Griffith v. StateAnnotate this Case
386 So. 2d 771 (1980)
Harvey Leroy GRIFFITH v. STATE.
4 Div. 734.
Court of Criminal Appeals of Alabama.
May 27, 1980.
Rehearing Denied June 17, 1980.
C. H. Espy, Jr., Dothan, for appellant.
Charles A. Graddick, Atty. Gen., and Sarah Kathryn Farnell, Asst. Atty. Gen., for appellee.
HARRIS, Presiding Judge.
Appellant was indicted and put to trial for the possession of marijuana. He was convicted and sentenced to ten years in the penitentiary. He was represented at all stages of the proceedings in the court below, and on this appeal, by counsel of his choice.
The evidence presented by the State at trial tended to prove that a search warrant was served upon appellant at his residence and subsequently about one-half pound of marijuana was found in the house and about thirty pounds of marijuana were found in his pickup parked in the driveway. Appellant did not testify during the case in chief nor did he present any evidence in his behalf.
The sole issue presented on this appeal concerns the trial court's refusal to suppress the evidence seized from the appellant's truck. He contends that the trial court's failure to suppress this evidence prevented him from arguing to the jury that the smaller amount of marijuana found in his residence was for his personal use.
The warrant in question was obtained after Charles Blount, an ABC Board enforcement agent, received information by telephone from a reliable informer that the appellant had marijuana in his possession at his residence, 1006 Southland Drive, Dothan. The informer conveyed this information to Blount on October 28, 1978, after the informer visited the appellant's residence on that same day. The informer also told Blount that the appellant was supposed to go after another load of marijuana.
After receiving this information Blount and Deputy Sheriff Leroy Wood watched appellant's house from about 10:00 p. m., Saturday, until about 7:00 a. m., Sunday, October 29, 1978. Their main observation *772 post was the ball field at Rip Hewes Stadium, about 200 yards from appellant's residence. Just before daylight a 1978 GMC Sierra Classic pickup pulled in the driveway. Two people, fitting the general description of those allegedly in possession of the marijuana, got out of the truck and entered the house. Around 6:00 or 6:30, Blount left Wood to continue the surveillance while he went to District Court Judge Billy Sheffield to obtain a search warrant.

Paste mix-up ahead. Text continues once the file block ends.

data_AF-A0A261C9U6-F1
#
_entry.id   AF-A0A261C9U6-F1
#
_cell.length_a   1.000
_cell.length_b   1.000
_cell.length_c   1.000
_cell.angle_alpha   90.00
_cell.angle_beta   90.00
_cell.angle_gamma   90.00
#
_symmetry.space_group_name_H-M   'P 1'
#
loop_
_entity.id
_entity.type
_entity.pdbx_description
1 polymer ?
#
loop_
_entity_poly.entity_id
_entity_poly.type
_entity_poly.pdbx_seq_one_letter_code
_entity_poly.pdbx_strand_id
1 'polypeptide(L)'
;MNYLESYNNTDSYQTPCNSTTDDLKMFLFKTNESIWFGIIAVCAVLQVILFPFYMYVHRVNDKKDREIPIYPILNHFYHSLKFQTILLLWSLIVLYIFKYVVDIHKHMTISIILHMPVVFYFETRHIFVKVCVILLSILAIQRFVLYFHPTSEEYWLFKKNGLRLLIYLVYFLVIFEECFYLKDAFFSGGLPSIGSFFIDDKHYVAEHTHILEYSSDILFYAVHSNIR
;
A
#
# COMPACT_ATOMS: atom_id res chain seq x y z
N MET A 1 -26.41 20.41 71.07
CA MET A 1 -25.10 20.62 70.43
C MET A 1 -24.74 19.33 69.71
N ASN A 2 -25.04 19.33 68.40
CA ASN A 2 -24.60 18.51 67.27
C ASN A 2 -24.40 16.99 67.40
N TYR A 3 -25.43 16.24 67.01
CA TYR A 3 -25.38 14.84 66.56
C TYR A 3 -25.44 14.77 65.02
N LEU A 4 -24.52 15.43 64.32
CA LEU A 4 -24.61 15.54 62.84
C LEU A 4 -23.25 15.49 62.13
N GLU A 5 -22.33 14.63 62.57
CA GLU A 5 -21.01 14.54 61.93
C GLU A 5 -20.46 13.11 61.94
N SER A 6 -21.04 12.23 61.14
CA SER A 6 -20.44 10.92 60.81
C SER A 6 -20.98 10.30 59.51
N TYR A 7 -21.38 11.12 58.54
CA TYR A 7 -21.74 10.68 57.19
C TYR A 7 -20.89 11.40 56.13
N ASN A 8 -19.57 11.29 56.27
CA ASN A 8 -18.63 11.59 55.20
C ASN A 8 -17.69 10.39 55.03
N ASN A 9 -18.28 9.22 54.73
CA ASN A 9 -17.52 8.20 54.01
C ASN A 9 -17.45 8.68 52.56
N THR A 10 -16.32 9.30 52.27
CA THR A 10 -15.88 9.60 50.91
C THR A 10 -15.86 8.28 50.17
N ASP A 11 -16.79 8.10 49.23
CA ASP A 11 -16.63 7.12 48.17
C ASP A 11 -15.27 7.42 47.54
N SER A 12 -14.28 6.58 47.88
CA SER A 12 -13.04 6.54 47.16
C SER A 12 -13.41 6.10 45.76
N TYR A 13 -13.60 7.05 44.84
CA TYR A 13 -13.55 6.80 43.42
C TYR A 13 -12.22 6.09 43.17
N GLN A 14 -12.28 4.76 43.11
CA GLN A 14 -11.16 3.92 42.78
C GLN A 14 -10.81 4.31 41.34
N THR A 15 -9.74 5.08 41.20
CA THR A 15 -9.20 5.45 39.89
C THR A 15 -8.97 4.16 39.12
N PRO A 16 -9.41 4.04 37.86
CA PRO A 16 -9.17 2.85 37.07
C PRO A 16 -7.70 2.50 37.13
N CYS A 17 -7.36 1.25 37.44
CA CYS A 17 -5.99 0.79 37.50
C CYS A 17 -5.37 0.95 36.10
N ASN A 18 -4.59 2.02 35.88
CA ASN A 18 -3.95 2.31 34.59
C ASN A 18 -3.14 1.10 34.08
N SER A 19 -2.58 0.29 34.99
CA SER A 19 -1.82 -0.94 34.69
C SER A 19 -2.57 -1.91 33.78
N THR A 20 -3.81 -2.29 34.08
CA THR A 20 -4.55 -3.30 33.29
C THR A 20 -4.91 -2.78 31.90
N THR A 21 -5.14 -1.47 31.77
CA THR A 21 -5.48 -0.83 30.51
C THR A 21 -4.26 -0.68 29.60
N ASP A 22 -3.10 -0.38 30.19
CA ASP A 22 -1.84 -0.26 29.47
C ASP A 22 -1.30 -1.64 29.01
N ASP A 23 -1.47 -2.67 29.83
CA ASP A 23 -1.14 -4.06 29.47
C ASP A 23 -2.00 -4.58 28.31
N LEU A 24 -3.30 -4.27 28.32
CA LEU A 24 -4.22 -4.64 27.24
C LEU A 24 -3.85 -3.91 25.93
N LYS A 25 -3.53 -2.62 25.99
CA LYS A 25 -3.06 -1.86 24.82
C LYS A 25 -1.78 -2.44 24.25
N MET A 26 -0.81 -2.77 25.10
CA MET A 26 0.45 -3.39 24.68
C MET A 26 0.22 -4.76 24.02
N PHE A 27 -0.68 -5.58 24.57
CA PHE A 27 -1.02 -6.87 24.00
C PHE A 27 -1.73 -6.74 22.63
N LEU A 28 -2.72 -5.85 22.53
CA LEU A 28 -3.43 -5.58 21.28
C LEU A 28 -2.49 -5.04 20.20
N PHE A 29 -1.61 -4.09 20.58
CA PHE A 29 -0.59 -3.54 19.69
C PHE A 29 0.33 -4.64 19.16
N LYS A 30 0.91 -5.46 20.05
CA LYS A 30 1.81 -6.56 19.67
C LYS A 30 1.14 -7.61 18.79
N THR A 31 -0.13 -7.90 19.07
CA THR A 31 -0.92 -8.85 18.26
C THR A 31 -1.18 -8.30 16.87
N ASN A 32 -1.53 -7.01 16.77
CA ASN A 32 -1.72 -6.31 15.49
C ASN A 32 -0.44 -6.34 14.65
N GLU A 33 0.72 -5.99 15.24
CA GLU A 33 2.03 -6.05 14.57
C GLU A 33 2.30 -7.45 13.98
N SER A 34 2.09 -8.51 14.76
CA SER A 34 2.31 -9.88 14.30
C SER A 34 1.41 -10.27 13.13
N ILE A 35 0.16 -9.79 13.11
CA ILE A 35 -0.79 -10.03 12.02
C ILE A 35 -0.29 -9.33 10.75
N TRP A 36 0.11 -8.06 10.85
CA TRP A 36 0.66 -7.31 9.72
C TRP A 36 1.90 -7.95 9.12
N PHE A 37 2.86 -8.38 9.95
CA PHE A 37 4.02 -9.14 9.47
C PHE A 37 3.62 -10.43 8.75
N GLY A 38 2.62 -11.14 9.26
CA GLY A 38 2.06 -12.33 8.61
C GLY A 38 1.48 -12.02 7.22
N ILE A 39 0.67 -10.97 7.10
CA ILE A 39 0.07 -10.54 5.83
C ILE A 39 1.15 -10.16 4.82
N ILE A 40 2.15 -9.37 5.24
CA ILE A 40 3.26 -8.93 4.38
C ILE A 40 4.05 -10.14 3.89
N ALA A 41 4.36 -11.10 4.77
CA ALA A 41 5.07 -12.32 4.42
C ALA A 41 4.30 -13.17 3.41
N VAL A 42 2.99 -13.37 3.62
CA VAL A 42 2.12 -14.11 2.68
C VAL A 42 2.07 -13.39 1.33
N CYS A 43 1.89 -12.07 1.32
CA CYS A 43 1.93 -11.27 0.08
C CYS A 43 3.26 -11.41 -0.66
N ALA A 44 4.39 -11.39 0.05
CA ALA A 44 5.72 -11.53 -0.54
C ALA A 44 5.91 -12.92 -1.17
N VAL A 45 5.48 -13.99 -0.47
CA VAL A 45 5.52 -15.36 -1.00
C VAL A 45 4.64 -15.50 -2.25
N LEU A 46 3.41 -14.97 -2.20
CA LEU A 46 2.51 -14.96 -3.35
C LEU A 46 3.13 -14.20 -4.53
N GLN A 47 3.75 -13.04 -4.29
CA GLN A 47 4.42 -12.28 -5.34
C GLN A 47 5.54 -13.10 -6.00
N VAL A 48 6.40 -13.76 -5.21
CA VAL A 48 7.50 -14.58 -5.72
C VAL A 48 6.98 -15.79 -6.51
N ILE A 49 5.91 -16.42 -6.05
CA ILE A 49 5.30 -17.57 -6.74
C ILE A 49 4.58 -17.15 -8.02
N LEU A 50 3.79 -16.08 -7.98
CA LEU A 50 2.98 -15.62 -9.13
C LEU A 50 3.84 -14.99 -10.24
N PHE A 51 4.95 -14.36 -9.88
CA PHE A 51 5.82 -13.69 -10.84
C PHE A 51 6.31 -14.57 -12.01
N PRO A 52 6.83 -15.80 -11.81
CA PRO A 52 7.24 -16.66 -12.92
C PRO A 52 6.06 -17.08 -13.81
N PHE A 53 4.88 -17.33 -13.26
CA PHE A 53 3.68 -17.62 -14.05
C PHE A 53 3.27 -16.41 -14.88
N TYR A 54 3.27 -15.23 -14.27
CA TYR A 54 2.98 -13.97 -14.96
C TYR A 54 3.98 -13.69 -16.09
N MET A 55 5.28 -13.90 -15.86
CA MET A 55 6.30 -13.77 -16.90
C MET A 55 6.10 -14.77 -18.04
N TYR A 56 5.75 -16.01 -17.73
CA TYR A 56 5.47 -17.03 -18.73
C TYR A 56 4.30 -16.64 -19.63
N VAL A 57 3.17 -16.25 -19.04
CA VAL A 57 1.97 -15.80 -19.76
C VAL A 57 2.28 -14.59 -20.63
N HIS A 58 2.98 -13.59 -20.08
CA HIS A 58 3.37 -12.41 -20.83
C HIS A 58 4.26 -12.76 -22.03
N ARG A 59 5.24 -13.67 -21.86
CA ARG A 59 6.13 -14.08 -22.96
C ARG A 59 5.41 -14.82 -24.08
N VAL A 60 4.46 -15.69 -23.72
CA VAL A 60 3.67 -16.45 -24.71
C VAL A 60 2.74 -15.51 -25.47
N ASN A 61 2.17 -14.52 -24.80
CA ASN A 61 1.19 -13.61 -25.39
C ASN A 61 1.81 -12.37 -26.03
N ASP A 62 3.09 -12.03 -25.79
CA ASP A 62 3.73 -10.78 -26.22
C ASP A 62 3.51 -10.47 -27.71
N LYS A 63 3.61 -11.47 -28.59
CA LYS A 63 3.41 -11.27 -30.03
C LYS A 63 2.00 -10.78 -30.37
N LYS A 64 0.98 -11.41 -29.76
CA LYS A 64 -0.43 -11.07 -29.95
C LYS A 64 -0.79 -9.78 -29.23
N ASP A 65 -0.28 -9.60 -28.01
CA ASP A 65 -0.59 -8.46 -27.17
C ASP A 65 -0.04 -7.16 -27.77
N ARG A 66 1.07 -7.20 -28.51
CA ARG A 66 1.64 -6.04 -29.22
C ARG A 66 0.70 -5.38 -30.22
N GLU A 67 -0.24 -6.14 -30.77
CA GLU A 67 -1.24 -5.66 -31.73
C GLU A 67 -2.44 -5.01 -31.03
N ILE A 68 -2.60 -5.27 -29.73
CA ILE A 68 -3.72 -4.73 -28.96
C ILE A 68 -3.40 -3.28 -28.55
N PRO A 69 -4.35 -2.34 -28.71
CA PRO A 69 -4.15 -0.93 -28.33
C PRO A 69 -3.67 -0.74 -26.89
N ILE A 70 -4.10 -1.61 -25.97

Blount swore to an affidavit which states:"Before me Billy J. Sheffield a Judge of the District Court, Houston County personally appeared Charles Blount who, being duly sworn, deposes and says that he has probable cause to believe and does believe that Harvey Griffith, whose name is to affiant otherwise unknown, has in his possession marijuana, contrary to the law at his residence located at 1006 Southland Drive, Dothan, Houston County, Alabama. Affiant's probable cause for believing the above is as follows: a reliable informer personally told affiant that he was at the above described residence within the past 36 hours and on that occasion personally saw Harvey Griffith, whose name is to affiant otherwise unknown, in possession of marijuana at that residence. Affiant states that this informer is reliable and has given affiant information about drug law violations within the past 6 months which proved to be true and upon which arrests and convictions have been had. Affiant further states that this informer has never given him false information."
The judge duly considered the information contained in the affidavit and issued the following search warrant:"TO THE SHERIFF OR ANY CONSTABLE OF SAID COUNTY "Proof by affidavit having this day been made before me by Charles Blount that he has probable cause to believe and does believe that Harvey Griffith, whose name is otherwise unknown, has in his possession marijuana, contrary to law, at his residence located at 1006 Southland Drive, Dothan. "You are therefore commanded, in daylight only to make immediate search on the person of Harvey Griffith, whose name is otherwise unknown in and upon the above described premises for the following property: marijuana and if you find the same or any part thereof to bring it forthwith before me, at my office at the Houston County Courthouse, Dothan, Alabama."